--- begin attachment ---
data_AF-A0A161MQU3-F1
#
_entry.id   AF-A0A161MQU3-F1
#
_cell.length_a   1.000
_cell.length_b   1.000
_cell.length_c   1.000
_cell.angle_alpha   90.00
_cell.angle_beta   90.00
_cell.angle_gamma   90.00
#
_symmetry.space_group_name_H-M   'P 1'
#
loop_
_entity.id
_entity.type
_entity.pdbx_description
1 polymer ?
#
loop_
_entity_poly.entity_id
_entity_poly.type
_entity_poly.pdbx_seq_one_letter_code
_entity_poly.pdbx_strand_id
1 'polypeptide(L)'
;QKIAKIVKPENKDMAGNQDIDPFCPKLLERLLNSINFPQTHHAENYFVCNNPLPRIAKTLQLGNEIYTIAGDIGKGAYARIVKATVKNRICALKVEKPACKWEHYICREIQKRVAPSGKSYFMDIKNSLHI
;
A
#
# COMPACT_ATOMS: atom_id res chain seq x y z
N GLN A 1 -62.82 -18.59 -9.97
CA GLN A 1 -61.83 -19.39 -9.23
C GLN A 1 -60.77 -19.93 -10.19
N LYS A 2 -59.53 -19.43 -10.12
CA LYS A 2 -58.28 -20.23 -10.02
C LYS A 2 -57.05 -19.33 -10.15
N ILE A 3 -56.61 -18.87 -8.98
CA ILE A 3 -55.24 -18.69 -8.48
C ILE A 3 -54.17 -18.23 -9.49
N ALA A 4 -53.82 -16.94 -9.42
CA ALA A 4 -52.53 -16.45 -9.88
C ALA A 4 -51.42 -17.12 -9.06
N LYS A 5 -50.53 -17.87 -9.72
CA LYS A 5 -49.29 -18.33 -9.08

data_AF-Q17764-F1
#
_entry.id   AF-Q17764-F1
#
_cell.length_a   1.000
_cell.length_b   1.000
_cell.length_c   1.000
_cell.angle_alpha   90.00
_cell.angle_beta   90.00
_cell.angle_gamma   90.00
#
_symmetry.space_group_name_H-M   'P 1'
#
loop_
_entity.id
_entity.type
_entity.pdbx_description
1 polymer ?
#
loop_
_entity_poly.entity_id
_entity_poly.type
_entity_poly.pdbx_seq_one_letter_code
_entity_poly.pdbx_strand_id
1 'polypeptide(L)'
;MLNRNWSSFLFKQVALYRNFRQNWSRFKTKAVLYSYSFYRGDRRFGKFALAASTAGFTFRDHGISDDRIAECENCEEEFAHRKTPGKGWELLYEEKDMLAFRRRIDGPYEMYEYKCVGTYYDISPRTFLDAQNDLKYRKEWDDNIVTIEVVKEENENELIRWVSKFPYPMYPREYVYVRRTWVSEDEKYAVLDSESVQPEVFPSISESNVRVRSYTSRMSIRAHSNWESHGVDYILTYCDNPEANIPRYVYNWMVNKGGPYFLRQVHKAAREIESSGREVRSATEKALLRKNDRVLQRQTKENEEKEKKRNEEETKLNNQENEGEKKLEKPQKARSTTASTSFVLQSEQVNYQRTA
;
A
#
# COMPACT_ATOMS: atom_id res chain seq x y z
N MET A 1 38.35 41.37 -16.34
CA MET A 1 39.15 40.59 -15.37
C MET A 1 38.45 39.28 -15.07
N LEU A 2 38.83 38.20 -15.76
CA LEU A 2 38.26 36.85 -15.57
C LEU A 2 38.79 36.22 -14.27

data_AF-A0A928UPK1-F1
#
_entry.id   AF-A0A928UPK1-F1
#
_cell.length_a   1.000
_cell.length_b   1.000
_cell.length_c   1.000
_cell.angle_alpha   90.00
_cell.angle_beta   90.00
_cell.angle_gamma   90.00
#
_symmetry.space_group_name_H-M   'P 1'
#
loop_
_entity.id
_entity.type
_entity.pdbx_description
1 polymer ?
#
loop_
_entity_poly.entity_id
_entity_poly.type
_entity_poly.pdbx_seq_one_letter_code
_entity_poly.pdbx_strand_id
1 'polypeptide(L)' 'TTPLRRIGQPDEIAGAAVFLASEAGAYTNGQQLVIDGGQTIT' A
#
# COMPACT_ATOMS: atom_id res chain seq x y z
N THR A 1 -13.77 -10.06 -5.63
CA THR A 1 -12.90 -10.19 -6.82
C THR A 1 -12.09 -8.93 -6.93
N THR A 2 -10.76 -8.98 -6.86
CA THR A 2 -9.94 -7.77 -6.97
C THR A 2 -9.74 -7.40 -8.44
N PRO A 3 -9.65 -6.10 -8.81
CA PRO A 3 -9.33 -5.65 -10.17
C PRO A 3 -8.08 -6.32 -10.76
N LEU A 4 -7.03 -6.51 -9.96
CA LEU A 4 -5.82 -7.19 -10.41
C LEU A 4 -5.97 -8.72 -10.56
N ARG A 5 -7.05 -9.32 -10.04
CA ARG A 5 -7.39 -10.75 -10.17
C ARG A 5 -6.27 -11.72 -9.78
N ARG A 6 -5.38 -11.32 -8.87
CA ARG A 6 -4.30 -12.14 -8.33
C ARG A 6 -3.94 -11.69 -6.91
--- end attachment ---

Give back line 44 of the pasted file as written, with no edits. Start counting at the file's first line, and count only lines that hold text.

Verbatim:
CA LYS A 5 -49.29 -18.33 -9.08